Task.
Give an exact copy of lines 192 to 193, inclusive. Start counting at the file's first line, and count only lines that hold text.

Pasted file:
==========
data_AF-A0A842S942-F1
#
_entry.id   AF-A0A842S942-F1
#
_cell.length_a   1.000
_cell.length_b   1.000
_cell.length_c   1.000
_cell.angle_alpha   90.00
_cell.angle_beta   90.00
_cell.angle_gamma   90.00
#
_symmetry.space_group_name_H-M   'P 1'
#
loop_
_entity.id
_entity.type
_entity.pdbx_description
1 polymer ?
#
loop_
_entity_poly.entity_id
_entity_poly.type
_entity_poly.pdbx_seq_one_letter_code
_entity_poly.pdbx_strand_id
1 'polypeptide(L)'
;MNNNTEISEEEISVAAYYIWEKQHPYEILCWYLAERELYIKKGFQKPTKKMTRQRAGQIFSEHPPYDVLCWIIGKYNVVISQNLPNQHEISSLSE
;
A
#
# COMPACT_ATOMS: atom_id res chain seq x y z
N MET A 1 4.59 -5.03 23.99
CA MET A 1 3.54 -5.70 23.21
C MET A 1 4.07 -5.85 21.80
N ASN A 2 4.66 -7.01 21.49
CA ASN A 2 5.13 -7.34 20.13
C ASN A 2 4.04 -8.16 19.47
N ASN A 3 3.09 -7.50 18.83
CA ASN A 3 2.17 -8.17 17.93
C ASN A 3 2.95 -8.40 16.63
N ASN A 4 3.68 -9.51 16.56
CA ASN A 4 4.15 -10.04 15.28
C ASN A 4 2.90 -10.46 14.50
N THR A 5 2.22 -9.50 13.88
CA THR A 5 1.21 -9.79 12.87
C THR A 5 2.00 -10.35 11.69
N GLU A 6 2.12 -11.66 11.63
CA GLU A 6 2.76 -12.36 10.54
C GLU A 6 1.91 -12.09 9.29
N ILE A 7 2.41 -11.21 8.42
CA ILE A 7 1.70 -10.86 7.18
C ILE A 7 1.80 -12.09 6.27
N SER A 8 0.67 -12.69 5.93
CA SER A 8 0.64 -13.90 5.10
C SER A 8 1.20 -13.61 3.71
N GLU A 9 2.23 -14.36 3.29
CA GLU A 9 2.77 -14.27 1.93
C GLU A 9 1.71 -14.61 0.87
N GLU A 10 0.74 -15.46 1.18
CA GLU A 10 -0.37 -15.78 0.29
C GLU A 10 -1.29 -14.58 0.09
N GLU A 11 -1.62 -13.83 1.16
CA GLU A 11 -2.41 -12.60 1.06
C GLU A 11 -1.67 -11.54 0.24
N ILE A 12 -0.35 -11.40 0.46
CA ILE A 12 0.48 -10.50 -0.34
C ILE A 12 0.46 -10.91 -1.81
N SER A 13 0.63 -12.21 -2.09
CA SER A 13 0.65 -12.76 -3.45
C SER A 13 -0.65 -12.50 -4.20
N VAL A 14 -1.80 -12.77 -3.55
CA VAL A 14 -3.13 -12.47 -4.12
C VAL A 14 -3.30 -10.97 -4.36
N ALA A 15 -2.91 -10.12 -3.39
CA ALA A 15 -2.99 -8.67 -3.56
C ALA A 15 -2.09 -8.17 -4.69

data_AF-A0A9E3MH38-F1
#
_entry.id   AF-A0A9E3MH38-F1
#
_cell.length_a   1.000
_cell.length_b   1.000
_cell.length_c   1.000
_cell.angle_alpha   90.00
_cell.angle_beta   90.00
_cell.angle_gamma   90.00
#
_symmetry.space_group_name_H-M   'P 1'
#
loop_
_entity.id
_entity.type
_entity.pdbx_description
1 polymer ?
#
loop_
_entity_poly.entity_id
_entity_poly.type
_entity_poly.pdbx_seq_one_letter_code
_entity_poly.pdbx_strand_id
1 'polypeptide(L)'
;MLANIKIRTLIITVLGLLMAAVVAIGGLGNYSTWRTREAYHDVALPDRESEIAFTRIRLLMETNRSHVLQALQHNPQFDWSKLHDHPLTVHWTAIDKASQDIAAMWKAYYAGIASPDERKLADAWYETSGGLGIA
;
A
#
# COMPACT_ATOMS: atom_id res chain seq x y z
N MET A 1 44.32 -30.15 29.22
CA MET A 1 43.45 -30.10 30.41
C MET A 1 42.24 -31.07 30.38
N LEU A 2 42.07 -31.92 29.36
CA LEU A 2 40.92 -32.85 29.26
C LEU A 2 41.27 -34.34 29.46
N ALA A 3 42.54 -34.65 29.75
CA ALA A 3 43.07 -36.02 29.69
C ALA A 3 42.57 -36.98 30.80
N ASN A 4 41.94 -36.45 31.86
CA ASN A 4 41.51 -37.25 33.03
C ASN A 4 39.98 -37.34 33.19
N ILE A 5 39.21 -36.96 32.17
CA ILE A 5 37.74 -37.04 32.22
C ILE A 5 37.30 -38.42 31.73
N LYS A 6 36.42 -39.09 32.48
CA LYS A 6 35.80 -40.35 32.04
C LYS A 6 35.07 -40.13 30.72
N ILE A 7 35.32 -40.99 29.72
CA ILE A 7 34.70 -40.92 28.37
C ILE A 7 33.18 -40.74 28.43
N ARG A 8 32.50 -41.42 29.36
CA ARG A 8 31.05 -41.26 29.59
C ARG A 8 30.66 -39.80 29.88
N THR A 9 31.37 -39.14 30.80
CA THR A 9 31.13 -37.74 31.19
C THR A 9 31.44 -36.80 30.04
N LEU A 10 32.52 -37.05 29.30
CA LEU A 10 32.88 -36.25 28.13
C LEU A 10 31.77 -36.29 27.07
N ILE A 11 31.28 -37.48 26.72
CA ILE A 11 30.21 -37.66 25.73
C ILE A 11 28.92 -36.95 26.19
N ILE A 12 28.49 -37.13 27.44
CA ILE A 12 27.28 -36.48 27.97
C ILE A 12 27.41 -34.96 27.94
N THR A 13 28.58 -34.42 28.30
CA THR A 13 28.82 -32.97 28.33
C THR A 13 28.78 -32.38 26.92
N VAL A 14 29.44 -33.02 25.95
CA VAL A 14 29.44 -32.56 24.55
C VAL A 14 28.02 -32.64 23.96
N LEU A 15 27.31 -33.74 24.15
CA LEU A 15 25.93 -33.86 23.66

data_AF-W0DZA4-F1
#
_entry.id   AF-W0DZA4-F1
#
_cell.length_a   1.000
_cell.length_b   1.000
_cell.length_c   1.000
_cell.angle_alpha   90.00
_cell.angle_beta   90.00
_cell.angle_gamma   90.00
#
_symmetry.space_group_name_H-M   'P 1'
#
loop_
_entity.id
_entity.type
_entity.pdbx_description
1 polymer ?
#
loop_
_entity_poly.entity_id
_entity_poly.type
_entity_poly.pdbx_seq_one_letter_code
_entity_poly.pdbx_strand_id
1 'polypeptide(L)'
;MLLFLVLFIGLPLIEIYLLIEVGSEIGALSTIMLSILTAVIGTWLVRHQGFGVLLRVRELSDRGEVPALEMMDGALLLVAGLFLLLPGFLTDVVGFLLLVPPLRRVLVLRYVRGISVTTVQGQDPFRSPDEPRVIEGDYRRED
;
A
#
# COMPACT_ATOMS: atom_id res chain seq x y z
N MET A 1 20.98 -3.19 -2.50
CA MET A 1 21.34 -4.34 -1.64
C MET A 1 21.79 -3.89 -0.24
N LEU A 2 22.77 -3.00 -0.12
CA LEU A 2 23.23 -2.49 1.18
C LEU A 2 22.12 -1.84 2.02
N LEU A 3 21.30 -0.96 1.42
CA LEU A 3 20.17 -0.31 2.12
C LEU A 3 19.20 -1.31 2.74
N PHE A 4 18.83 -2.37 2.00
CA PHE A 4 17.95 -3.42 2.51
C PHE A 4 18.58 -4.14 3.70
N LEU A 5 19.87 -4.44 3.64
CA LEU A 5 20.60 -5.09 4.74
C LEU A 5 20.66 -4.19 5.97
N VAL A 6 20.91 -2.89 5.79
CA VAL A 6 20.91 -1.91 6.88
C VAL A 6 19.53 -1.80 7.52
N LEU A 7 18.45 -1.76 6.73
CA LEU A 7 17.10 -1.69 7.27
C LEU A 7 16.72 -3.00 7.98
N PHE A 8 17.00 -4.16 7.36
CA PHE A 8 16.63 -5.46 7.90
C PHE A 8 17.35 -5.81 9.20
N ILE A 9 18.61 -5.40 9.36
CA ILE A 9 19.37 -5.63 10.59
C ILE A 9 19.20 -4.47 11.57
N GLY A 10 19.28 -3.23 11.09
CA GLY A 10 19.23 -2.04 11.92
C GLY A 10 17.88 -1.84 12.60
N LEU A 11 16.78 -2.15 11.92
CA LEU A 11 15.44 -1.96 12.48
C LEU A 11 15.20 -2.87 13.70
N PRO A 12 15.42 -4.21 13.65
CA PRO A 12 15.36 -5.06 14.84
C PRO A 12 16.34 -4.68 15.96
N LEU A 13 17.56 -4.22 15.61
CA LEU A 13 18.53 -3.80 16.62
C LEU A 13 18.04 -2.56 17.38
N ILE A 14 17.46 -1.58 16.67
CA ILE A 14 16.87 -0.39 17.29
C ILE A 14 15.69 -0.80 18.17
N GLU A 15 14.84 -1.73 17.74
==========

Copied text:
N LEU A 5 19.87 -4.44 3.64
CA LEU A 5 20.60 -5.09 4.74